Technophrenia

Technophrenia

How not to be a Facebook Lab Rat by taking control of your News Feed

Don’t be a Facebook Lab Rat.

The news that Facebook experimented on 689,000 of its users without their knowledge has separated people into two camps. There are those that have shrugged their shoulders and said, as indeed the researchers themselves said, that Facebook manipulates their News Feed all of the time and so this is really no different. On the other hand, there are those that have expressed concern that Facebook has forgotten that in all of that data, there are actual people who should be protected against random experiments by ethical safeguards.

What all of this has reminded people, however, is that Facebook does control what information you see in their service, and its priorities are front-and-centre about serving its paying customers, the advertisers.

However, if you want to do something about this, you can.

First though, it is worth considering how Facebook decides what updates to show you in the News Feed. This used to be done by something called EdgeRank which worked on the basis of calculating 3 different measures for each post. These measures weighted the importance of the post by looking at the time since it was published, the affinity of the poster to the reader, and a measure of how interesting the post was deemed to be. Now however, this decision is made on as many as 100 thousand different measures, including possibly, whether the content is happy or sad.

The second factor that is important from a News Feed perspective is how the posts are ordered. Remember that this is separate from the way they have been filtered. If a post is not deemed interesting, you simply won’t see it in your News Feed. Sorting is done by either most interesting posts first (top stories) or by the most recent posts first (most recent stories).

So, as long as you use the News Feed, you are only ever going to see what Facebook decides you should see. This includes experimenting with what it shows you. It is worth remembering that in the past, this has included on trying to influence how people vote in US elections.

Create a list of your friends

To get around this direct manipulation, you can avoid using the News Feed at all. The first thing you need to do is to create a list of your friends. You can do this by clicking on the Friends title in the left hand menu and then clicking the Create a List button. The rest is pretty self-explanatory but you can get instructions by Googling “how to create a list in facebook”.

Once you have done this, you can add the list to your Favourites which will make it visible in the left hand menu under your News Feed.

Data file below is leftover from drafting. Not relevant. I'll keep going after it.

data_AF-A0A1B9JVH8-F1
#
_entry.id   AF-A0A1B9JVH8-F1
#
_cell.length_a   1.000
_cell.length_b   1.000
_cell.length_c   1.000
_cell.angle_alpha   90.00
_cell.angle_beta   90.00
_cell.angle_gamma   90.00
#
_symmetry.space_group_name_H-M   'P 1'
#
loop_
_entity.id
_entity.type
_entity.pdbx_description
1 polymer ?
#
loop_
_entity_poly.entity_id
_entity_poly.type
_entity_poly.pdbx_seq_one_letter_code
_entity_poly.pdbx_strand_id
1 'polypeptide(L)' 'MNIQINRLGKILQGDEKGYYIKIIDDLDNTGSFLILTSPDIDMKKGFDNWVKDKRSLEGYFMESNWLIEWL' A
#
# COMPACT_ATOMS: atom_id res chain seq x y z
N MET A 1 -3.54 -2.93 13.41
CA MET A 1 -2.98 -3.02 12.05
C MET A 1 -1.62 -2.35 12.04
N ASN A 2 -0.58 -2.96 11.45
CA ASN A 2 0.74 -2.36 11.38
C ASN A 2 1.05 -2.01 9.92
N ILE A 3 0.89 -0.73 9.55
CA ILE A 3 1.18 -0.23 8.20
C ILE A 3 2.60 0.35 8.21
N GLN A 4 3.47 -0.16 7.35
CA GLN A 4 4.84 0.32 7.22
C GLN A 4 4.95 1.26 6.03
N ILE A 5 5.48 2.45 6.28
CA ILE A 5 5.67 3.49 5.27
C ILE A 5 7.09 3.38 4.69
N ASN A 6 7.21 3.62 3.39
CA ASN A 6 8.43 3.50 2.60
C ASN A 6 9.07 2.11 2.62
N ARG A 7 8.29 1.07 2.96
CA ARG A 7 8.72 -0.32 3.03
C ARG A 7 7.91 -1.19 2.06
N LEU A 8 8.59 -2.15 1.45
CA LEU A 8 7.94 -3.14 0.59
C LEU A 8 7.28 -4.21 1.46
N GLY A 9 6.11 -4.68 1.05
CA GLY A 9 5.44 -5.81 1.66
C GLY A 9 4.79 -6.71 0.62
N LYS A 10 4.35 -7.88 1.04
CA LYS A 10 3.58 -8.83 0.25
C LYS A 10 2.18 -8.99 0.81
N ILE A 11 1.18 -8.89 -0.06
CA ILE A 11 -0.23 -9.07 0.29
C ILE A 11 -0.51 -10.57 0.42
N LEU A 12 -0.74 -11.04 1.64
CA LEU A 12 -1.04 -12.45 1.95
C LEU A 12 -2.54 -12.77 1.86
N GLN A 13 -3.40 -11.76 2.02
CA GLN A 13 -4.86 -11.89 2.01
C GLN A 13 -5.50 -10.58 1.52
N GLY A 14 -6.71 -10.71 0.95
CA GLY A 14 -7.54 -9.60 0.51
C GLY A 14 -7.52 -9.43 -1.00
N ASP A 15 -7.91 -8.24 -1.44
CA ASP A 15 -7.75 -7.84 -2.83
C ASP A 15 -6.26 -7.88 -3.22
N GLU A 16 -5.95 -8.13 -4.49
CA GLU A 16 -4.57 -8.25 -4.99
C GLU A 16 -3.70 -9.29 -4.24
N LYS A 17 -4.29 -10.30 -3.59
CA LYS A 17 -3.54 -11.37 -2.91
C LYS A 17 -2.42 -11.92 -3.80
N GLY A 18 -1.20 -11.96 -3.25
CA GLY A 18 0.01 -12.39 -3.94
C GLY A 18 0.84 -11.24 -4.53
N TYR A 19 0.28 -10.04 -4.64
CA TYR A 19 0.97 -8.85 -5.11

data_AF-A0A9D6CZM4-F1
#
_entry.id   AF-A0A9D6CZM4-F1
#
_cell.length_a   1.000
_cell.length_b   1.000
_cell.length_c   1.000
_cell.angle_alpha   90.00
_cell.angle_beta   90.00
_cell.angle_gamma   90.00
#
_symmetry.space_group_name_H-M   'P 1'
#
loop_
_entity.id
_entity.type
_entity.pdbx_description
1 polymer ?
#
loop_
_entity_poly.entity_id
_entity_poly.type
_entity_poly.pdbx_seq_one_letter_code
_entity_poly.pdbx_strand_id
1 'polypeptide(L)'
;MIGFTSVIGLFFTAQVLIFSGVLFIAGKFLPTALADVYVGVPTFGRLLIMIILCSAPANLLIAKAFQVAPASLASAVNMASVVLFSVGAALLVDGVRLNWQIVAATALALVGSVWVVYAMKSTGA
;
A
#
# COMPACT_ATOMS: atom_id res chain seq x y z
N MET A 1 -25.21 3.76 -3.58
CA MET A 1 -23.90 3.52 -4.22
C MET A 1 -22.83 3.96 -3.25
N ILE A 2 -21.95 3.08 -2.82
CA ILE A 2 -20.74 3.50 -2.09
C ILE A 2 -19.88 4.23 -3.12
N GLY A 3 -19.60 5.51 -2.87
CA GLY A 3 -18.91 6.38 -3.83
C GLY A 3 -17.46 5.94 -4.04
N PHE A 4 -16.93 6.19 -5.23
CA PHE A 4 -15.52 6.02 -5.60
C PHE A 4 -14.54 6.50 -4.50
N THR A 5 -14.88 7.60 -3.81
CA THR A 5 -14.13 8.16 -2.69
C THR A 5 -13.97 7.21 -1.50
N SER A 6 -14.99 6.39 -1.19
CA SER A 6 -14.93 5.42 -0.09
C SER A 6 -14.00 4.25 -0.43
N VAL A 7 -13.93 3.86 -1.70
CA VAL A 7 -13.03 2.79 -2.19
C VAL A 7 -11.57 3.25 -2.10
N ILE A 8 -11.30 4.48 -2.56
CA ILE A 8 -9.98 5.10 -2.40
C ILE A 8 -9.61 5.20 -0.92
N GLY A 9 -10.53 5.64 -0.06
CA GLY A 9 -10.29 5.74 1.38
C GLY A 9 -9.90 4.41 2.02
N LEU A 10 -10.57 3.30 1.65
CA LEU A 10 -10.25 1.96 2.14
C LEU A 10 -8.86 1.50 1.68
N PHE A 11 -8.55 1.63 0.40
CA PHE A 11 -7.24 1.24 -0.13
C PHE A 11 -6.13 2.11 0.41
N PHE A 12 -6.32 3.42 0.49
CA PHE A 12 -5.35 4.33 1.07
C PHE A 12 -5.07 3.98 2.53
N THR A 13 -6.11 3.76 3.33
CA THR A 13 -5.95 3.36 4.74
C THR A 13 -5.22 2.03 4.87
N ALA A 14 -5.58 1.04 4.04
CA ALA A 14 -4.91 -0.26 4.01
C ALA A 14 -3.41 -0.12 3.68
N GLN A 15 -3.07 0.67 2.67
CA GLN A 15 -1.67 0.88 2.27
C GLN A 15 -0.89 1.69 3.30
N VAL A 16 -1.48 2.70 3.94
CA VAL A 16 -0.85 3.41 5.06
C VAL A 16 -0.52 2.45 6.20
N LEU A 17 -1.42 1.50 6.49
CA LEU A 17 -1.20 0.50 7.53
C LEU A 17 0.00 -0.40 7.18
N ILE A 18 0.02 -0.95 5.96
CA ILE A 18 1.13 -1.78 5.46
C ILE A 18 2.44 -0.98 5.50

You can then control the content that shows up in this feed, removing information about Games and more annoyingly, information about who has become friends with whom and what they have just liked.

For even better control however, you need something like F.B. Purity.

Purging the Feed

Instructions for F.B. Purity are available for different browsers. What it does is to catch the page as it starts to display and then hides ads, games updates and other information that you select to hide. The default settings are pretty good and so for most people you shouldn’t have to do anything more.

Used in combination with a friend’s list, F.B. Purity gives you a fairly unadulterated feed of stories from the people you want to hear from. Plus, you won’t get distracted by ads and sponsored stories.

There are other apps that will do the same thing as F.B. Purity. Adblock Plus for example will clean out ads from normal websites as well as Facebook.

Of course, this won’t work on your mobile so you would have to make an active decision to just access Facebook via the computer.

Making it Permanent

Of course, the ultimate way to stay out of Facebook’s clutches is to delete your account entirely. You have to do this in two steps, first by deactivating the account and then delete it completely.

The entire Facebook experiment story has been interesting mostly for the sheer number of people who are resigned to any manner of treatment from companies, provided the service is free. This is obviously fine and in fact if Facebook explicitly asked people if they didn’t mind being experimented on, most would presumably agree. That is all that most of the other people who are concerned about Facebook’s recent behaviour are really asking, that they are told about these things and can then make an informed choice.

Until then, you can avoid being a lab rat and take control of your feed.